Well my friends, welcome to 2022! January is a time of research and development here at Philanthropy Women, as we refine our strategy going forward. After much consideration, we have decided not to rebrand or change the name of the website. Because it so accurately fits the content, it needs to stand. And because the gender equality issues in philanthropy still need so much attention, we will be keeping the name.
Beyond that, the future is much less clear. It turns out that by doubling up on niches, philanthropy being one niche and gender equality being (sadly) another niche, we have struggled to find a solid foundation. However, this does not mean that gender equality philanthropy does not need and deserve more media attention. In fact, our struggle is kind of like a real-time example of the entrenched marginalization of women, and feminist ideas, in the charitable realm.
As many of you know, along with founding and editing Philanthropy Women, I am also a psychotherapist. So today I am offering something new here for readers: a chance to explore your inner wellness through hypnosis.
One of my specialties as a therapist is identity development. I have spent many years studying and writing about the archetypes — the different dimensions of human identity that come into play across the lifespan. In 2018, I also trained and became certified as a hypnotherapist. This is a hypnosis session to help you get a deep night’s sleep, and to give you a chance to experience your inner Innocent.
As one of our most prolific writers at Philanthropy Women, Maggie May deserves a special tribute. Two and a half years ago, Maggie May started weaving her mighty creativity into stories on gender equality funding and strategy, and now that she is leaving us for greener (and higher paying) pastures, we want to make sure we give her a proper send-off that represents all she has done for our publication, and for gender equality strategy and funding as a whole.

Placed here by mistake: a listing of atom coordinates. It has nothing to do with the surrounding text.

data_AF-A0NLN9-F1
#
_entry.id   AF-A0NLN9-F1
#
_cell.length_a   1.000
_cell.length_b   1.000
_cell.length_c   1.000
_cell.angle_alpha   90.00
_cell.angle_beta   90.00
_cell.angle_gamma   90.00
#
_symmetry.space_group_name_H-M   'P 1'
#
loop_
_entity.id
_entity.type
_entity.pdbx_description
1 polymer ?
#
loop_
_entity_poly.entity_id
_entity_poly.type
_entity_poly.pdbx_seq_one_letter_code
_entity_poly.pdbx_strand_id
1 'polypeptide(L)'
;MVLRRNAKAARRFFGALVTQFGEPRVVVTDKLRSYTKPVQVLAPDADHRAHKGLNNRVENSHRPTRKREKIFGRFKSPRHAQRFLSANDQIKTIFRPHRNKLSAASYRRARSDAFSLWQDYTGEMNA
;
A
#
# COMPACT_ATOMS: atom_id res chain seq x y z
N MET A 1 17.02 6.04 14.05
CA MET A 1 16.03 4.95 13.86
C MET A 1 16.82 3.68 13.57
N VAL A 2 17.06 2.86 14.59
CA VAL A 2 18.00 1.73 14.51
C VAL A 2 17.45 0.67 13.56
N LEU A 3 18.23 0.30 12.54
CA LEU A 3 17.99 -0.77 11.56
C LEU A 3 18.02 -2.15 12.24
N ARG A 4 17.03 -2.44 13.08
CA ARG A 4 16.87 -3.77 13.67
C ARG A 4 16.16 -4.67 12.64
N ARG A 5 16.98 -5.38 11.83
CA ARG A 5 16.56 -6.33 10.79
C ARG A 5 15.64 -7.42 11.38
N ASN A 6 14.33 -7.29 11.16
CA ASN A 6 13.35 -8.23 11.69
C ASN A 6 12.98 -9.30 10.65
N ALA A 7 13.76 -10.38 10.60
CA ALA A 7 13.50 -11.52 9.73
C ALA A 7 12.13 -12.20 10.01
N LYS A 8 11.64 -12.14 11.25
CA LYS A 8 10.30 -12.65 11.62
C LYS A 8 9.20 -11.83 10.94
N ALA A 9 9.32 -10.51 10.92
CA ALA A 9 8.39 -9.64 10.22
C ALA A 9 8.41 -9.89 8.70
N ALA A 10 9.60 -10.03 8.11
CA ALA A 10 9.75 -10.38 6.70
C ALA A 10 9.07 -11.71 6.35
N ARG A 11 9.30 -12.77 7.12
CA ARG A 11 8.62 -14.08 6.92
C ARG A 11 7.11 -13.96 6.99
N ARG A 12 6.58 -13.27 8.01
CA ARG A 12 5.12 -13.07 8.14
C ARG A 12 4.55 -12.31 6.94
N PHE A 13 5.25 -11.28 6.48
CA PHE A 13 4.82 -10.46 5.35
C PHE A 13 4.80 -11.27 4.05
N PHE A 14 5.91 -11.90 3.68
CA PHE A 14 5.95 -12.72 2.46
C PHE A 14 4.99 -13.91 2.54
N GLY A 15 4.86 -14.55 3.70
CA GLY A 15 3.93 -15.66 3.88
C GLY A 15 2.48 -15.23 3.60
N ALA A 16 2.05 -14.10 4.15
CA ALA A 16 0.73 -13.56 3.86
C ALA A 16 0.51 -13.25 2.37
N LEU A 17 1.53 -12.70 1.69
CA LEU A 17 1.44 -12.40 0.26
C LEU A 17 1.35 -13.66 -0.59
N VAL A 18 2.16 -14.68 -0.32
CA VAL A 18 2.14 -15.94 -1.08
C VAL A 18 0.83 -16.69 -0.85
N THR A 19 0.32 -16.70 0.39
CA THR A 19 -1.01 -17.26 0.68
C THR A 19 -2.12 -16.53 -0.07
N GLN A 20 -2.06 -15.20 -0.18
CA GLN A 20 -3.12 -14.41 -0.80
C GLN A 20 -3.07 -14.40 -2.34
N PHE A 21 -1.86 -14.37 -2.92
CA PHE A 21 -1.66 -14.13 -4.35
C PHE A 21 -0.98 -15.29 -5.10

Maggie May wrote 190 articles for Philanthropy Women over her time with us, an incredible amount of productivity for a young writer. She helped discover and narrate the stories of many undervalued women leaders of our time, and did so with power, insight, and clarity. Her work ranged from personal interviews to covering events to exploring the difficult questions about who gets funding and why.
Editor’s Note: Philanthropy Women is proud to announce Real Women, a new fiction series by author M. A. Sheehan, to help our audience immerse in fictional works that relate to women’s experiences. The first story in the series explores a fictional pros and cons list of a sexual assault survivor.
Reasons Not to Share Being Sexually Assaulted:
1. Never have to associate self with his name, his difficult identity, and be a target for his fans to ravage.
2. It almost always looks bad to reveal something negative about someone after they have died.
3. Most people will blame me, because it’s inevitably the woman’s fault.
It’s like that line from the Indigo girls song: “The hardest to learn was the least complicated.” The hardest thing for philanthropy to learn is that equality must become a priority: gender equality, racial equality, LGBTQ equality, and the list of those not included or given adequate resources and opportunities goes on. But instead, philanthropy keeps pointing elsewhere and saying, “Oh it’s a health care problem, oh it’s an education problem, oh it’s a workforce development problem.”
Our health care and education and workforce development problems often grow out of a firmly entrenched bedrock of equality problems. But the equality part of the story almost always gets minimized in philanthropy, almost always gets conveniently left out, almost always stays on the back burner. Ultimately, if you really look closely at what’s going on in philanthropy, you realize that philanthropy as a whole funds equality in mostly token ways — ways that never get at the root of the problem. As a result, equality remains a presumed cultural value that has no real mechanism for being realized on a broad scale. It’s a dream to talk about loftily and do some pilot programs on, and then get back to the serious business of running a society that worships and elevates the richest 1% to the grave detriment of everyone else.